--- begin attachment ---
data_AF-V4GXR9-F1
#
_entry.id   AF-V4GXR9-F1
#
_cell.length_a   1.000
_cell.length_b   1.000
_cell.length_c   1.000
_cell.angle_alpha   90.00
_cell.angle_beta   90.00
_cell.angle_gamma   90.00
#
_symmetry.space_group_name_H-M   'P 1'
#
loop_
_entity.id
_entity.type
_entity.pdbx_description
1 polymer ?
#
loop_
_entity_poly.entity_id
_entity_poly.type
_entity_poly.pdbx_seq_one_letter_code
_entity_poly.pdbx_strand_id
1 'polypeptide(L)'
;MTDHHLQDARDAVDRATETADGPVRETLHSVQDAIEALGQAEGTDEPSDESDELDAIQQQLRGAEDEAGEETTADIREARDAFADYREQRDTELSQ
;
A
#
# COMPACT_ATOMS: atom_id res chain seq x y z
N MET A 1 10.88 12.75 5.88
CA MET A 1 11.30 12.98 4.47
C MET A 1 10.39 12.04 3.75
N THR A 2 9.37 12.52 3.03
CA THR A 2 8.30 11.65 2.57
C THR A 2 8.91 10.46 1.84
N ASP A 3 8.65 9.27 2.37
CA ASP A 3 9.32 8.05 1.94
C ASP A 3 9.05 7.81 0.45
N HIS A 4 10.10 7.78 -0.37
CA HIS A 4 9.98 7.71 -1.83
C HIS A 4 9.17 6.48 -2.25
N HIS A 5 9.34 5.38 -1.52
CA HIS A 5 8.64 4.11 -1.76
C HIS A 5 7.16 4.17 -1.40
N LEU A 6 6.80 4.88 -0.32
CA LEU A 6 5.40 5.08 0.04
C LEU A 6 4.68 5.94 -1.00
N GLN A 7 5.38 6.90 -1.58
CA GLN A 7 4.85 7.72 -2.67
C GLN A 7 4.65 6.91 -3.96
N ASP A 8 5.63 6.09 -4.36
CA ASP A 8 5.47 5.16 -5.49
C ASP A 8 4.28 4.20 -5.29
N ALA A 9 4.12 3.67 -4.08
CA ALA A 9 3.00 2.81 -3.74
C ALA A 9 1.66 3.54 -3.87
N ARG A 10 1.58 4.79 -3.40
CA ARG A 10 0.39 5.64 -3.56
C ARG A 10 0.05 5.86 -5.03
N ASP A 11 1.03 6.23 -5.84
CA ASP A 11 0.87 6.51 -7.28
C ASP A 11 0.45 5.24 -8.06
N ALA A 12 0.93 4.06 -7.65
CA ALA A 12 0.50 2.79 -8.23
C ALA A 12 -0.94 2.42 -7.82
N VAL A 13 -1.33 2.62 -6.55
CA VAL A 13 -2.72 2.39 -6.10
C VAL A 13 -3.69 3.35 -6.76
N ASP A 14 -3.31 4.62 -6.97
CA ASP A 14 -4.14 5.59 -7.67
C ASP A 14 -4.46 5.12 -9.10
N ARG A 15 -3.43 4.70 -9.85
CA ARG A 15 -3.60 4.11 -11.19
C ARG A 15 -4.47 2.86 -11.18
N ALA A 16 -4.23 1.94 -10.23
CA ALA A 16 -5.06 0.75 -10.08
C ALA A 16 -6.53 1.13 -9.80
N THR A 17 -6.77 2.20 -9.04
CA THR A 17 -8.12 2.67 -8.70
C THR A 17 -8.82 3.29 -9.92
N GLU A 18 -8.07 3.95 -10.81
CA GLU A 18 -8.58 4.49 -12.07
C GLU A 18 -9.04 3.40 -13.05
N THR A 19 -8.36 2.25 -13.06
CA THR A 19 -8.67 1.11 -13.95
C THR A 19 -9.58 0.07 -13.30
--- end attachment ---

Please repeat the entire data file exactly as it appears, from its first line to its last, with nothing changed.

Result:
data_AF-V4GXR9-F1
#
_entry.id   AF-V4GXR9-F1
#
_cell.length_a   1.000
_cell.length_b   1.000
_cell.length_c   1.000
_cell.angle_alpha   90.00
_cell.angle_beta   90.00
_cell.angle_gamma   90.00
#
_symmetry.space_group_name_H-M   'P 1'
#
loop_
_entity.id
_entity.type
_entity.pdbx_description
1 polymer ?
#
loop_
_entity_poly.entity_id
_entity_poly.type
_entity_poly.pdbx_seq_one_letter_code
_entity_poly.pdbx_strand_id
1 'polypeptide(L)'
;MTDHHLQDARDAVDRATETADGPVRETLHSVQDAIEALGQAEGTDEPSDESDELDAIQQQLRGAEDEAGEETTADIREARDAFADYREQRDTELSQ
;
A
#
# COMPACT_ATOMS: atom_id res chain seq x y z
N MET A 1 10.88 12.75 5.88
CA MET A 1 11.30 12.98 4.47
C MET A 1 10.39 12.04 3.75
N THR A 2 9.37 12.52 3.03
CA THR A 2 8.30 11.65 2.57
C THR A 2 8.91 10.46 1.84
N ASP A 3 8.65 9.27 2.37
CA ASP A 3 9.32 8.05 1.94
C ASP A 3 9.05 7.81 0.45
N HIS A 4 10.10 7.78 -0.37
CA HIS A 4 9.98 7.71 -1.83
C HIS A 4 9.17 6.48 -2.25
N HIS A 5 9.34 5.38 -1.52
CA HIS A 5 8.64 4.11 -1.76
C HIS A 5 7.16 4.17 -1.40
N LEU A 6 6.80 4.88 -0.32
CA LEU A 6 5.40 5.08 0.04
C LEU A 6 4.68 5.94 -1.00
N GLN A 7 5.38 6.90 -1.58
CA GLN A 7 4.85 7.72 -2.67
C GLN A 7 4.65 6.91 -3.96
N ASP A 8 5.63 6.09 -4.36
CA ASP A 8 5.47 5.16 -5.49
C ASP A 8 4.28 4.20 -5.29
N ALA A 9 4.12 3.67 -4.08
CA ALA A 9 3.00 2.81 -3.74
C ALA A 9 1.66 3.54 -3.87
N ARG A 10 1.58 4.79 -3.40
CA ARG A 10 0.39 5.64 -3.56
C ARG A 10 0.05 5.86 -5.03
N ASP A 11 1.03 6.23 -5.84
CA ASP A 11 0.87 6.51 -7.28
C ASP A 11 0.45 5.24 -8.06
N ALA A 12 0.93 4.06 -7.65
CA ALA A 12 0.50 2.79 -8.23
C ALA A 12 -0.94 2.42 -7.82
N VAL A 13 -1.33 2.62 -6.55
CA VAL A 13 -2.72 2.39 -6.10
C VAL A 13 -3.69 3.35 -6.76
N ASP A 14 -3.31 4.62 -6.97
CA ASP A 14 -4.14 5.59 -7.67
C ASP A 14 -4.46 5.12 -9.10
N ARG A 15 -3.43 4.70 -9.85
CA ARG A 15 -3.60 4.11 -11.19
C ARG A 15 -4.47 2.86 -11.18
N ALA A 16 -4.23 1.94 -10.23
CA ALA A 16 -5.06 0.75 -10.08
C ALA A 16 -6.53 1.13 -9.80
N THR A 17 -6.77 2.20 -9.04
CA THR A 17 -8.12 2.67 -8.70
C THR A 17 -8.82 3.29 -9.92
N GLU A 18 -8.07 3.95 -10.81
CA GLU A 18 -8.58 4.49 -12.07
C GLU A 18 -9.04 3.40 -13.05
N THR A 19 -8.36 2.25 -13.06
CA THR A 19 -8.67 1.11 -13.95
C THR A 19 -9.58 0.07 -13.30